Brandon Kuchta: Yes, so the business I acquired with my brother was a niche laboratory equipment service business based in southeastern Connecticut. So in essence, the company has a fleet of field service engineers who travel throughout the country performing maintenance on various types of fairly niche pharmaceutical biotech equipment that’s primarily located in research and development labs. And we were very focused on really two different types of OEM branded products that are pretty ubiquitous in labs. So our company was really a leading independent service provider that was an alternative to the original equipment manufacturer for service.

Alex Bridgeman: Gotcha. And then how did you kind of connect with the eventual buyer? Did they reach out? And then was this a relationship you had for a while? Like, how did that start?

Brandon Kuchta: No. So we had hired a bank to represent us in the process. And luckily, we did have a referral from a few people a year or many- or a number of years older than us who had sold their search company. And they gave us a lead of a firm based in New York that’s pretty experienced in selling companies among other things, but they were a terrific advisor for us. And via that introduction, we ended up formally engaging them to represent us.

Alex Bridgeman: Gotcha, gotcha. Was there anything- Like what told you that it was time to sell? How did you think through, okay, this is the time to sell the business? Was it anything to do with market cycle, personal life, place in the business? What told you it was time to start looking at selling?

Brandon Kuchta: Right. Yeah, I think actually, it was the intersection of a number of those things. So when I think about search fundamentally, I really associate it very closely with autonomy. And I think, as a business owner, at any particular point in time, if you think that for personal or other reasons, something else is kind of calling you, and overtime running a business, you think that your efforts would better be expended somewhere else, that’s a good indication you might want to start thinking about a sale. So, for me personally, I was kind of based in New York from a personal perspective but was also running a business in southeastern Connecticut and then eventually north of Boston. We did one add on acquisition. And while it was an incredible journey, over time that definitely does demand a lot of your time and resources away from some of my personal engagements in New York, and I have a lot of family in the area that I wasn’t able to see quite as frequently. So, I did ultimately want to return to a bit of normalcy in which I kind of be grounded in one area versus constantly traveling up I-95 many hours on Monday and Friday every week. So that was kind of on the personal end of things. In terms of the company itself, we definitely had a nice multi year record of pretty strong growth in both businesses. And when you are a young entrepreneur and you bought a business and if it does, luckily, go according to plan, I think there is something to be said about having a sort of a positive outcome happen earlier in your career that you can, in some ways, perhaps leverage for future endeavors. So particularly too when basically all of your net worth is sort of like tied up in this one particular company, there is, particularly when we did sell, when the market is a fairly seller friendly environment, it’s something that after some time, you have to consider, I think, in terms of de-risking yourself and thinking about how you can use those assets sort of going forward. And then also, I think from a sizing perspective, it seems to me the inflection point in search is kind of once you have a business that goes above 4 million in EBITDA, that’s kind of a barometer wherein lower middle market private equity firms will start to be interested in those sizes of companies these days. Below that, it can be a bit more challenging. So once we also got to that point, it was increasingly something that gave us conviction about selling.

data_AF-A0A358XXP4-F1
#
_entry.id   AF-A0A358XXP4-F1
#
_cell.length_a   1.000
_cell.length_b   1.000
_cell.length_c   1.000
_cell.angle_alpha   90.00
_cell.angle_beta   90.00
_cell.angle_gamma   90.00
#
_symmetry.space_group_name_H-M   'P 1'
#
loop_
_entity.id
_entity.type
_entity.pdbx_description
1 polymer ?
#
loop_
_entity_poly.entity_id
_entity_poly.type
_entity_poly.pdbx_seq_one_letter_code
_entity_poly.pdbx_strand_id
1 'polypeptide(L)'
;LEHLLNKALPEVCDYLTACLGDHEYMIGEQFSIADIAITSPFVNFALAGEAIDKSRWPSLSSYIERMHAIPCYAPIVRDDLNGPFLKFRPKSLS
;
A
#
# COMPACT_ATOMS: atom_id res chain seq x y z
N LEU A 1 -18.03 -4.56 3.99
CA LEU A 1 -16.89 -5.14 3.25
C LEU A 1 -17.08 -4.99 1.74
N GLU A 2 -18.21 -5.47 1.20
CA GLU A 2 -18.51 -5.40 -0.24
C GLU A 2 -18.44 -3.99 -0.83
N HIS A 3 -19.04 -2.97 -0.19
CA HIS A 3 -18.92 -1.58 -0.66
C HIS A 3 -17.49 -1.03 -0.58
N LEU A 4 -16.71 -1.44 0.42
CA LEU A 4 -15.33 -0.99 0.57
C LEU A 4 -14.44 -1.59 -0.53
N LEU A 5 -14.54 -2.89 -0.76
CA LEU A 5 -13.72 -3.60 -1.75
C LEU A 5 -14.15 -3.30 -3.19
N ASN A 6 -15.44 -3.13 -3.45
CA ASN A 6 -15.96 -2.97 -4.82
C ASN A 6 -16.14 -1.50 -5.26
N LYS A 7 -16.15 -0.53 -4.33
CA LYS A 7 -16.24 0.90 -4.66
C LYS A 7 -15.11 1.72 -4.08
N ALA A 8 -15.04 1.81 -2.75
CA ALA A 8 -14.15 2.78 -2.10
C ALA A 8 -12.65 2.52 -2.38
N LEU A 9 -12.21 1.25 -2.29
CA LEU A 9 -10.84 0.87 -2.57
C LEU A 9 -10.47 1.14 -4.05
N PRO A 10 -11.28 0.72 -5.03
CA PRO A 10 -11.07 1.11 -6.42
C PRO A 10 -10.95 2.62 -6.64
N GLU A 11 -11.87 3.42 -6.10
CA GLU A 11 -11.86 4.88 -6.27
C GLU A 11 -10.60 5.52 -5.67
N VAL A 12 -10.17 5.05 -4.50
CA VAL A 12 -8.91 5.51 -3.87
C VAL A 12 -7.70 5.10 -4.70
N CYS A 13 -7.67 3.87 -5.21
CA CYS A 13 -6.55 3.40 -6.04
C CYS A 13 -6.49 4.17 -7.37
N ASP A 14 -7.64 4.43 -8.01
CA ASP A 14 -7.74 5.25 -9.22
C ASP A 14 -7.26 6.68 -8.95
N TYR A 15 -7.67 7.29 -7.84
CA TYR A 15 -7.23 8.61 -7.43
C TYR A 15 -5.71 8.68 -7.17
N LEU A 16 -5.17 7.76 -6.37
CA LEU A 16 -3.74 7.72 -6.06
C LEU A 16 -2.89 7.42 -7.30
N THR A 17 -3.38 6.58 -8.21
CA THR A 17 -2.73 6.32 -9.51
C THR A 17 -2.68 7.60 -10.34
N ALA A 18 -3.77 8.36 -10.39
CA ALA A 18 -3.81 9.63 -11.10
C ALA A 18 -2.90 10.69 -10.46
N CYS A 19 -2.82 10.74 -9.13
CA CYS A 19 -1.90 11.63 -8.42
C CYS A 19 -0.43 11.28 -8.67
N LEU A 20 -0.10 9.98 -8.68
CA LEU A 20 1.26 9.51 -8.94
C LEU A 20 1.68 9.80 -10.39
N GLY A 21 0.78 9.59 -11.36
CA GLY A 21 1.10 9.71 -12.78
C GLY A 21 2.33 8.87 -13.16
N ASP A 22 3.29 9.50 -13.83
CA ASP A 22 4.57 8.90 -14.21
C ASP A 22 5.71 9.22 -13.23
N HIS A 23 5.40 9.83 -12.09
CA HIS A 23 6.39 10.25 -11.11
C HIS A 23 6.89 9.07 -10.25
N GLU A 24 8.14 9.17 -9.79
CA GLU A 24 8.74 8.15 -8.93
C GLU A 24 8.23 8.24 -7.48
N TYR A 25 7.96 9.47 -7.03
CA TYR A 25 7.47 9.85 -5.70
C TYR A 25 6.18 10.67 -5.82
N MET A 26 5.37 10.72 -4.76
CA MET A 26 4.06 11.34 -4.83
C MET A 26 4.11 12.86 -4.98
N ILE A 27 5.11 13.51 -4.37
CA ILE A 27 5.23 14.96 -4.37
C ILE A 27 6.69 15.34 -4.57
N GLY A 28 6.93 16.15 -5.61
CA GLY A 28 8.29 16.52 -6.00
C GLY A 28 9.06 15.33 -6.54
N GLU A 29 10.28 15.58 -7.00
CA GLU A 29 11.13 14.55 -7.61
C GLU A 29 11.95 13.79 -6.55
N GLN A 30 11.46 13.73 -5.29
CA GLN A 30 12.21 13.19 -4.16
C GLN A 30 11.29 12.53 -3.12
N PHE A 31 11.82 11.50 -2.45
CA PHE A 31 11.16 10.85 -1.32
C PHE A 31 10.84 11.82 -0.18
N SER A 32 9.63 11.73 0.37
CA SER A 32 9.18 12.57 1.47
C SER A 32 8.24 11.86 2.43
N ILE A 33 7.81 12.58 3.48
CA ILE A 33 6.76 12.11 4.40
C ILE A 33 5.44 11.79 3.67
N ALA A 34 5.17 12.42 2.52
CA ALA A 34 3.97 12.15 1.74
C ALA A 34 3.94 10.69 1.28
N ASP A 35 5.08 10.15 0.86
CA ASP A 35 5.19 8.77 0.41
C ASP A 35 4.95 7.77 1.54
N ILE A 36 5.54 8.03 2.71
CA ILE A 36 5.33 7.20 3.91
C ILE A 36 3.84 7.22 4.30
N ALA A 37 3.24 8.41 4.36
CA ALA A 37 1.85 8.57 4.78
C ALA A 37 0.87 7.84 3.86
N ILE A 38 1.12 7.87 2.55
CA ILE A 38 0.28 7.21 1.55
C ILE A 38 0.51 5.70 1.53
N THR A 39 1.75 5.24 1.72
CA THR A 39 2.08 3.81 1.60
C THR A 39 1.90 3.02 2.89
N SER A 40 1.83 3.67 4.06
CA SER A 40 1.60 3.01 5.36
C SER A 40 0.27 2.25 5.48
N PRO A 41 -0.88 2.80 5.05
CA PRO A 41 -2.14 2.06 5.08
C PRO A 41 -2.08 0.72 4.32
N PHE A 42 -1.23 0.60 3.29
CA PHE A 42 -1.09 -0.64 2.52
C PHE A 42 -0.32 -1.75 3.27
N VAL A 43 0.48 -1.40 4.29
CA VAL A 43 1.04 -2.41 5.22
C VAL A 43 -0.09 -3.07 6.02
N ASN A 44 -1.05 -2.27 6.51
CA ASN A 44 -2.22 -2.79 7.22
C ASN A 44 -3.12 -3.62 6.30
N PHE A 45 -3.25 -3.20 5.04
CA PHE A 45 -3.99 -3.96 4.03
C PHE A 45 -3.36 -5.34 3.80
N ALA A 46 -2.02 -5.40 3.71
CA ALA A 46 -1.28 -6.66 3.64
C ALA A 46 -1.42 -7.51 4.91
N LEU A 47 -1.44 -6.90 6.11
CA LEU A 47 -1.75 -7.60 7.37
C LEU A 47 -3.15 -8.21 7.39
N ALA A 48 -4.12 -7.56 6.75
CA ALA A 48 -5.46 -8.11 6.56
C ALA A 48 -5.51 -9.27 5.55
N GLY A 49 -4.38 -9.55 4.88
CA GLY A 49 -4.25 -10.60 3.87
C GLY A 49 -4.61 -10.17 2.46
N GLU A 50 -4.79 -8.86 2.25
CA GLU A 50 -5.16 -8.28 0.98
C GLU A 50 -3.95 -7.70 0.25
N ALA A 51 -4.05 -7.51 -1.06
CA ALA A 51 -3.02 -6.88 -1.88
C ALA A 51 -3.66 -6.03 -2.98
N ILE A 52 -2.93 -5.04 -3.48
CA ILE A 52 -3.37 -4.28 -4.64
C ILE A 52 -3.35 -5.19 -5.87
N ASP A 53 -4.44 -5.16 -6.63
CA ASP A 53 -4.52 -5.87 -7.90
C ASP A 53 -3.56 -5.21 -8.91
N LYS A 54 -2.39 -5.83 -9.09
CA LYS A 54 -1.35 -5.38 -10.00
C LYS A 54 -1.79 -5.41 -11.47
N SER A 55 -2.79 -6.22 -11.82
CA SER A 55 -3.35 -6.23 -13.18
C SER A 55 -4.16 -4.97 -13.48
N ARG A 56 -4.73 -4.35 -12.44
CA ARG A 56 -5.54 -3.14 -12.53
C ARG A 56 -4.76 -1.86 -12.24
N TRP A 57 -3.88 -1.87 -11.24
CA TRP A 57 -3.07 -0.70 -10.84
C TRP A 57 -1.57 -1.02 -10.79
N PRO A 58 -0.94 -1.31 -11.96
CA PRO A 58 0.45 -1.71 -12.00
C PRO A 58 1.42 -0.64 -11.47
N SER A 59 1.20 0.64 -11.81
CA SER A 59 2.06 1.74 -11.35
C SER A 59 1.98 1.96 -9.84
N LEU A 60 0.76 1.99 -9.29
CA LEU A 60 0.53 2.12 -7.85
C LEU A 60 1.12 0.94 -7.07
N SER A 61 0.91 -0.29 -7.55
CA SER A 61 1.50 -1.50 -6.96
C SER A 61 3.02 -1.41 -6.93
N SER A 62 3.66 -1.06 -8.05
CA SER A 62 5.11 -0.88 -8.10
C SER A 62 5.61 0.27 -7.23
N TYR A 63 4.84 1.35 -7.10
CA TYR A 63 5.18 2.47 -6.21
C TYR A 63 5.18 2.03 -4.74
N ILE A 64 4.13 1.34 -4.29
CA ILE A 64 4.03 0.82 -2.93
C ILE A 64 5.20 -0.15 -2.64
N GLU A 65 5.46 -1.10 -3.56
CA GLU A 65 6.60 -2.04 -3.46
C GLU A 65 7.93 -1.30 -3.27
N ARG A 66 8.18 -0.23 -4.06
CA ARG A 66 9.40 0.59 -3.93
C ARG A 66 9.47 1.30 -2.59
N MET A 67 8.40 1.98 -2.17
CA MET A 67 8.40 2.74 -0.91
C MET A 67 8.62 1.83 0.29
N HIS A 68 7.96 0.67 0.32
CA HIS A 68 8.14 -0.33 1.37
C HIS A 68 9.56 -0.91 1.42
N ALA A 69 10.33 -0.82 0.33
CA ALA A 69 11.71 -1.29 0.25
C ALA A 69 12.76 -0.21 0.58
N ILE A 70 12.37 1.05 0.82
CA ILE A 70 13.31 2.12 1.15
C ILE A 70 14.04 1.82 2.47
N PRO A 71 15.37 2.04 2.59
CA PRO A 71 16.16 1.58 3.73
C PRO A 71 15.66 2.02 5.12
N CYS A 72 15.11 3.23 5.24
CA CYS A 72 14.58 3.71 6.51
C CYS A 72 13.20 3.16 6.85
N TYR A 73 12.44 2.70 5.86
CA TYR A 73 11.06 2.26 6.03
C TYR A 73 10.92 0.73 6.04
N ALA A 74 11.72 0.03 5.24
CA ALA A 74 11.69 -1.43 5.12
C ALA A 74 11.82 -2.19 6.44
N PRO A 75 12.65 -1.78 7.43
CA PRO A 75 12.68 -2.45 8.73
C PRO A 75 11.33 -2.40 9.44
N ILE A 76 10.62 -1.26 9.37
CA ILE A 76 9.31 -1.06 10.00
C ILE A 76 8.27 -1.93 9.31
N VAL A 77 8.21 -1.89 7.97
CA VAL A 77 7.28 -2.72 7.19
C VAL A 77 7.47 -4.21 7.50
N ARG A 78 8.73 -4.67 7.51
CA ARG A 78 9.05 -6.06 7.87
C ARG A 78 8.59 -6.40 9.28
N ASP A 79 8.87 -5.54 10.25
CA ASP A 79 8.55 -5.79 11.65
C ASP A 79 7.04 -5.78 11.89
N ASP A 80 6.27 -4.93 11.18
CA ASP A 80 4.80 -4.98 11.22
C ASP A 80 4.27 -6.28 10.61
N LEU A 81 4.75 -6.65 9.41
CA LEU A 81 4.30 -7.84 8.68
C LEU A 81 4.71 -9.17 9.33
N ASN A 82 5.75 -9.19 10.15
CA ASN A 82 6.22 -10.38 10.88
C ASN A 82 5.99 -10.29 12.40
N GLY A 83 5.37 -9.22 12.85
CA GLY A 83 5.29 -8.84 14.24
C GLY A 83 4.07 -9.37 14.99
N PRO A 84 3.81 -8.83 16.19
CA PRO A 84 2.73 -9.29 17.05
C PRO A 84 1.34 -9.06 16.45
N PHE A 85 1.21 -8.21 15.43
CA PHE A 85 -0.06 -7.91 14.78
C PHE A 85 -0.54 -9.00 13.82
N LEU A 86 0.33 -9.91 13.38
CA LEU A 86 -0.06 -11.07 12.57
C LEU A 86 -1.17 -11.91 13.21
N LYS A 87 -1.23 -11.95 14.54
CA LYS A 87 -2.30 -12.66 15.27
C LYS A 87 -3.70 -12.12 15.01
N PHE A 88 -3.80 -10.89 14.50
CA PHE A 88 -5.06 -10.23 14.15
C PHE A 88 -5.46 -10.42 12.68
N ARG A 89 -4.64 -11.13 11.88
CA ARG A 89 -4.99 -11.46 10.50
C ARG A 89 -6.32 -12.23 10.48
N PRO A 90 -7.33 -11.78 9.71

Alex Bridgeman: What kind of advice did you get from folks who you reached out to, just to hear their thoughts on timing of selling and thinking about it and planning, perhaps even starting to plan your life after a sale? Like what advice did folks give you?

Brandon Kuchta: Yeah, most people I kind of sought their counsel on early on were supportive of it. I think many people understood that I had an interest in doing further things in the entrepreneurial M&A world beyond running this one particular business in this one particular end market, and my interests span the gamut. Ultimately, I hopefully endeavor to be sort of a serial acquirer of companies and work across different industries and perhaps different companies, different geographies, all that kind of thing. So while it’s an incredible journey and opportunity to be a small business owner, at some point, if you want to do more things at once, it is a little bit constraining in that respect. So, understanding that most people thought it was a wise time to sell. And also, particularly in 2021, we’ve had, in the broader economy, a very long period of growth since the financial recession in 2007, ’08 timeline. So we thought probably that wouldn’t last into perpetuity. So, given the wider market dynamics, we thought it was probably a good time to sell and people realized the same.